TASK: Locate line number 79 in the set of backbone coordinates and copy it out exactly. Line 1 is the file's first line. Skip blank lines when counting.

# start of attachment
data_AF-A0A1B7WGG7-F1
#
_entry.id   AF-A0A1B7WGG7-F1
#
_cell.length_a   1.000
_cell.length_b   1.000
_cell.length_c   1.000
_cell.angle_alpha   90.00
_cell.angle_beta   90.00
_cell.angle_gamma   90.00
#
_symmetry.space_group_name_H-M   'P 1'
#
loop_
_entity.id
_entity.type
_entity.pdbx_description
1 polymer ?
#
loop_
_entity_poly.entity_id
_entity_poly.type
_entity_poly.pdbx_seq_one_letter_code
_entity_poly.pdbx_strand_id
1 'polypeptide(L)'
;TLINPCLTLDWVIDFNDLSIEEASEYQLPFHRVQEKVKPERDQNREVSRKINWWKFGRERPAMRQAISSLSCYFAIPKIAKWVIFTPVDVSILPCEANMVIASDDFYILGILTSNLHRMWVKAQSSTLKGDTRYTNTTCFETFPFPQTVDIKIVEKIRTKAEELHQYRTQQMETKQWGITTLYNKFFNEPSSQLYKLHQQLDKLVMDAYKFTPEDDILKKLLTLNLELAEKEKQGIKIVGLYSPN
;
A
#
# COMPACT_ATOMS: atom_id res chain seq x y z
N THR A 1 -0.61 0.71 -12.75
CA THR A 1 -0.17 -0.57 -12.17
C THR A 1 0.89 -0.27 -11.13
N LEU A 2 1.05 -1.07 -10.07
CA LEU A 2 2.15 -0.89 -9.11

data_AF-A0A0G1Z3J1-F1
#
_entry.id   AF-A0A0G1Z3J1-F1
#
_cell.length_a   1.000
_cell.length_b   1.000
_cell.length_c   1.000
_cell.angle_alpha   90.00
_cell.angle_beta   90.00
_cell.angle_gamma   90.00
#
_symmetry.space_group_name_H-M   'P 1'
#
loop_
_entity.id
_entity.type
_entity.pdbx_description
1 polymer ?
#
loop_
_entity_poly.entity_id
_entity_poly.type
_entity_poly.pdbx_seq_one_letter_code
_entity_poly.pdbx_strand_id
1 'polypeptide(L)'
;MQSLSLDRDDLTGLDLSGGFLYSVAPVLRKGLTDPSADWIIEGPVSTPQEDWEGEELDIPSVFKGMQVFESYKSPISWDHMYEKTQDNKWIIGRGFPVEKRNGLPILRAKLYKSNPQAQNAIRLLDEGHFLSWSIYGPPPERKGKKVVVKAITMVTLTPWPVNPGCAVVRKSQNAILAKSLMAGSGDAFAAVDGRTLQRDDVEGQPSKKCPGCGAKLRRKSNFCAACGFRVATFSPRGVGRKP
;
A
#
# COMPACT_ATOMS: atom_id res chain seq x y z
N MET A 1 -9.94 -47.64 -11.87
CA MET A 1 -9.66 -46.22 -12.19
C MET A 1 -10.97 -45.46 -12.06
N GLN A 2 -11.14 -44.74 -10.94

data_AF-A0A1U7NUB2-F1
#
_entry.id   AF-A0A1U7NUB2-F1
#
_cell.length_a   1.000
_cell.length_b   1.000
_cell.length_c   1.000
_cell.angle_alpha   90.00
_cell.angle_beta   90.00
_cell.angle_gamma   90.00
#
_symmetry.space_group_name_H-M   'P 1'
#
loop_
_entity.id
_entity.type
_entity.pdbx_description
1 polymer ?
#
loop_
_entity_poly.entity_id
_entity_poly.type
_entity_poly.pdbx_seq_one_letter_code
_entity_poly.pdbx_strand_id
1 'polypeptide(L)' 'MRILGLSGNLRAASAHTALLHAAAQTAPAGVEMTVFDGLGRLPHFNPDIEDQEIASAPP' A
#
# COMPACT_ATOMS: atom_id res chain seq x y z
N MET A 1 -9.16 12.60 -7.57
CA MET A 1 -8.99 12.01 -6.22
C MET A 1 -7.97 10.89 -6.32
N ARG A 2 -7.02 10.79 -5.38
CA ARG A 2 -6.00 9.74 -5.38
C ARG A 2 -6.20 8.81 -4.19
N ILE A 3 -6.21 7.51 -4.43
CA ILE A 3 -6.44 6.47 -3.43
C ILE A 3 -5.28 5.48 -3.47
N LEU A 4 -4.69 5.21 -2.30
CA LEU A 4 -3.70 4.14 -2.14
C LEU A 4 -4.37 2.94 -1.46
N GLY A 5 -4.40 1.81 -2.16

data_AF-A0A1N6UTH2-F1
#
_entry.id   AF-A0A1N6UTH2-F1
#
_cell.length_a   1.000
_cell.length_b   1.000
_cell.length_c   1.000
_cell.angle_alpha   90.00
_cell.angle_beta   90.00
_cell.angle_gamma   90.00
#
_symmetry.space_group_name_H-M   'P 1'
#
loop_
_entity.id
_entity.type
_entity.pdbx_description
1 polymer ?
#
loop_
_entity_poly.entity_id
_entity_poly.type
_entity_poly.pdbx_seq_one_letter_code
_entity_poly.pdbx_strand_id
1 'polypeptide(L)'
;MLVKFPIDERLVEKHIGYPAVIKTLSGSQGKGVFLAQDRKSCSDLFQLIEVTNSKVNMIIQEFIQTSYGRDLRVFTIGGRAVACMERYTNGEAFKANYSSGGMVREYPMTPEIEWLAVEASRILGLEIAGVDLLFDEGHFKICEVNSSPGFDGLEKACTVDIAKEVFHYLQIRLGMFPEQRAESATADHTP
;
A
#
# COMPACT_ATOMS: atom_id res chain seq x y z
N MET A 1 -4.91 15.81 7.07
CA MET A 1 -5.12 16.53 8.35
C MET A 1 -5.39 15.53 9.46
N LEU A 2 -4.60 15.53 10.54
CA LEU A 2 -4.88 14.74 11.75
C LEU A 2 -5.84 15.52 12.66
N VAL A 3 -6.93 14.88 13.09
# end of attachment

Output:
_cell.angle_gamma   90.00